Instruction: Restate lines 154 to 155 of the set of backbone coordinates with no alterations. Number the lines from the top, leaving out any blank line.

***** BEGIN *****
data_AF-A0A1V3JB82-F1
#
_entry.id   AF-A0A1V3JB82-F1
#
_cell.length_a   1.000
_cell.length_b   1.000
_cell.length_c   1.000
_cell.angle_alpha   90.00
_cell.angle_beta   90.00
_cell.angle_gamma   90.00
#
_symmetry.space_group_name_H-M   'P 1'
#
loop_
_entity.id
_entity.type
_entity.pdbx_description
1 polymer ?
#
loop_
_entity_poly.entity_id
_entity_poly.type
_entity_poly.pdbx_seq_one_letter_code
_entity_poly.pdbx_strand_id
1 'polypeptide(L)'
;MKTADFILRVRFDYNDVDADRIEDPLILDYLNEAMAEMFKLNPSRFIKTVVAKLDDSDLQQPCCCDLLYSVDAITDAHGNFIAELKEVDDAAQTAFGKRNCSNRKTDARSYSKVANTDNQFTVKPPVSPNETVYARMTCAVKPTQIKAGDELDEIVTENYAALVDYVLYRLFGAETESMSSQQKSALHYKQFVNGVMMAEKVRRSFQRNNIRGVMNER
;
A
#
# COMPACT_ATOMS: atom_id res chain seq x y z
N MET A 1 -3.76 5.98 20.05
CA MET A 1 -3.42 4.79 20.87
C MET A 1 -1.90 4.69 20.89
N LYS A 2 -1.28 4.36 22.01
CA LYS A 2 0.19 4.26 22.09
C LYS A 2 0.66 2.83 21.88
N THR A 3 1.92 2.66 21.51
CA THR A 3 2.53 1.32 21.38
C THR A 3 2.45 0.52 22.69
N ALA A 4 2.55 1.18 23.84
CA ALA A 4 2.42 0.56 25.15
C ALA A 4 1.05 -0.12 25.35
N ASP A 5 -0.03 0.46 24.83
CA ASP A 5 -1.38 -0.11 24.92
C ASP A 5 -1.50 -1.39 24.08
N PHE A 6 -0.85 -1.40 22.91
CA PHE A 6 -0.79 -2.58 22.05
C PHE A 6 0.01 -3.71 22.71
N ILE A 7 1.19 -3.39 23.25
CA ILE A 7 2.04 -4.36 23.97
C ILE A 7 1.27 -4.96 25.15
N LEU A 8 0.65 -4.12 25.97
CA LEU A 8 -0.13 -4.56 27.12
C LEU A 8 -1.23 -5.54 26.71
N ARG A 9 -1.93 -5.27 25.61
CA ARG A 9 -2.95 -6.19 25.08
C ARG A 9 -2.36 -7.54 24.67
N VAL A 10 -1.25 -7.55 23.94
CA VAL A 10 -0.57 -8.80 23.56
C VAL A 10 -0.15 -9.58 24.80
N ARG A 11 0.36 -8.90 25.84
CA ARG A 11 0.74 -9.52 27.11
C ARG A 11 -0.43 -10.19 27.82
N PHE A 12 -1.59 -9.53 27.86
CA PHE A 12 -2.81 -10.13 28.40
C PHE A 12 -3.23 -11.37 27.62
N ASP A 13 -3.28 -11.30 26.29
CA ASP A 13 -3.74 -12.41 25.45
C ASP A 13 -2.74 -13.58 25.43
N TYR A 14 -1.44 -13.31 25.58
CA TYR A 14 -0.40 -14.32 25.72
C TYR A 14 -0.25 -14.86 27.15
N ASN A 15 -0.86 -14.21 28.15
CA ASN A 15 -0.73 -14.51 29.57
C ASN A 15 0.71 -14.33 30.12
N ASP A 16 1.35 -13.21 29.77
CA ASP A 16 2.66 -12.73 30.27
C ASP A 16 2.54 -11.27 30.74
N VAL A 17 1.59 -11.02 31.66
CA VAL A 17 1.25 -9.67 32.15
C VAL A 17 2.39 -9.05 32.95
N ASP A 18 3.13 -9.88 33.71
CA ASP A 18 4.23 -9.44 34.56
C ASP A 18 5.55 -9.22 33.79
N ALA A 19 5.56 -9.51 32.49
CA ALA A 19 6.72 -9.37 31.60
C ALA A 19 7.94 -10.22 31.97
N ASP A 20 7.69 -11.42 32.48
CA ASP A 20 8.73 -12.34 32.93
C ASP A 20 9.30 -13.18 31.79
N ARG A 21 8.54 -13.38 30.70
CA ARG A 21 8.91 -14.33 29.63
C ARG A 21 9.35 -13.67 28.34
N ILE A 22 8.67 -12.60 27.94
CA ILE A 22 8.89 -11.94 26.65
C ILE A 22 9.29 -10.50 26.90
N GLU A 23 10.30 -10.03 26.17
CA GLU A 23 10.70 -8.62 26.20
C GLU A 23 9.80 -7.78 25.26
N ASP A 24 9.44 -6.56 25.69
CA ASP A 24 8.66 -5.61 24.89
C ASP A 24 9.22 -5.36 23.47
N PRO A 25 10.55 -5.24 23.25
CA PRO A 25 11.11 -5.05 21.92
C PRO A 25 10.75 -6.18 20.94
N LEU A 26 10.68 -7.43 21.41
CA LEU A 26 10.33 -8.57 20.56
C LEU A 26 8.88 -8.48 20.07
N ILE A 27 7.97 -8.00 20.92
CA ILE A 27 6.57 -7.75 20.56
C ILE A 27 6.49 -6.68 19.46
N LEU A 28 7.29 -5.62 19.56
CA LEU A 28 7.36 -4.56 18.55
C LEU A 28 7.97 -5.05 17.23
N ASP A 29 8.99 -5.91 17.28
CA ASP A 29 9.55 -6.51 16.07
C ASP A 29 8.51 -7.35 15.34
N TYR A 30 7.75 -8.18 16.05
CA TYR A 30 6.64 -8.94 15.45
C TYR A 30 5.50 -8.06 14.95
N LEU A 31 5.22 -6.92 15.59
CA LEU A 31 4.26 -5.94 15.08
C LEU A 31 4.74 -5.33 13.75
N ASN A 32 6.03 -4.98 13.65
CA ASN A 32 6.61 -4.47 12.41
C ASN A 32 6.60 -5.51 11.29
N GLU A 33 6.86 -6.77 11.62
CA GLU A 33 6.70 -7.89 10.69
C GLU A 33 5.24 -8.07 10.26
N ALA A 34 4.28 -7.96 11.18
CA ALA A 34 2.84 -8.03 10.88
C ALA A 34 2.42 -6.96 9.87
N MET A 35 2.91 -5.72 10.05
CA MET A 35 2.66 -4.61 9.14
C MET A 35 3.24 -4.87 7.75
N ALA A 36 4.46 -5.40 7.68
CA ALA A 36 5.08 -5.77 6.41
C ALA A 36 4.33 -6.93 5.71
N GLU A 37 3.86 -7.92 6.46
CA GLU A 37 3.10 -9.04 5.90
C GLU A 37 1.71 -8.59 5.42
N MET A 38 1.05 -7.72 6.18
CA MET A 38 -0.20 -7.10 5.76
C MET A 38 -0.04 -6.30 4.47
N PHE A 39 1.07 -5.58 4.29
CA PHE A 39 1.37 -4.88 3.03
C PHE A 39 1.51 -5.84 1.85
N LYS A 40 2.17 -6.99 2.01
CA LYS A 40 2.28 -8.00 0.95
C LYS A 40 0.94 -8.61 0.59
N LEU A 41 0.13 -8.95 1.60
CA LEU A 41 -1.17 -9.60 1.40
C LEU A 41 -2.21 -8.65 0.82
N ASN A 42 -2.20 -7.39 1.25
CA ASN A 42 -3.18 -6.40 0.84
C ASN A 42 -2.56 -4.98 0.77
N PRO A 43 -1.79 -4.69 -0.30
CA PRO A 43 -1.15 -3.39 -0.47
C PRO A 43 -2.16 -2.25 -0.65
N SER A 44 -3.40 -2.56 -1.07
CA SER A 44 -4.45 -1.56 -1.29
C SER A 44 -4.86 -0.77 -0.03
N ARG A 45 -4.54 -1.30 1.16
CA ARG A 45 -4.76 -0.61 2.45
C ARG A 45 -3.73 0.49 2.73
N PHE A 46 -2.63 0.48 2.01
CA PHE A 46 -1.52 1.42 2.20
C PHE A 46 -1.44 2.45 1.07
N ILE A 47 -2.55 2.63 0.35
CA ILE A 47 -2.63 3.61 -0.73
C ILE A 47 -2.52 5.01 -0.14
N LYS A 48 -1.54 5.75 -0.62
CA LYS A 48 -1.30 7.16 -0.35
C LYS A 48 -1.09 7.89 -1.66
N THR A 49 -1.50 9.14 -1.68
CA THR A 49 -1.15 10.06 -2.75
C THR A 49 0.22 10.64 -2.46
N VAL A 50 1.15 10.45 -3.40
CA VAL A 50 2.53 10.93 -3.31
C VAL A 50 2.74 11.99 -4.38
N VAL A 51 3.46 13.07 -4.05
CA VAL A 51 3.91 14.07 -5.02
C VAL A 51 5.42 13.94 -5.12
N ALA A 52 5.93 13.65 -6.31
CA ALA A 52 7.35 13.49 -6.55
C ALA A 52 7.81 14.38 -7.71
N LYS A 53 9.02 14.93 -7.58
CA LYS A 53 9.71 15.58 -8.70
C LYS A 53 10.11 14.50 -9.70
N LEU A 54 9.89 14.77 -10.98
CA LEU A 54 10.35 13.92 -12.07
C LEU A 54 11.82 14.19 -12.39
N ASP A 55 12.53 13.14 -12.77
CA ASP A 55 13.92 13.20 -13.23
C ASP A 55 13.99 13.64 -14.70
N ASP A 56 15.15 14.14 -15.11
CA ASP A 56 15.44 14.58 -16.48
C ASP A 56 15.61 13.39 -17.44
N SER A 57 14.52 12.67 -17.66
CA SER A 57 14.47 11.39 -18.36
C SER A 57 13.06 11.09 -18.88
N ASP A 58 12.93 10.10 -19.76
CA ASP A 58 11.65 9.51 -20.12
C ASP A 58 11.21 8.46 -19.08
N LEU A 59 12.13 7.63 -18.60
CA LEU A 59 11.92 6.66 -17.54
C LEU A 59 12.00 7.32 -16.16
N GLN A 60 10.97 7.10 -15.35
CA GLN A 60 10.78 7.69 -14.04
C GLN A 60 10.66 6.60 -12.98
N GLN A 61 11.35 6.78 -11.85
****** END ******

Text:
N ASN A 42 -2.20 -7.39 1.25
CA ASN A 42 -3.18 -6.40 0.84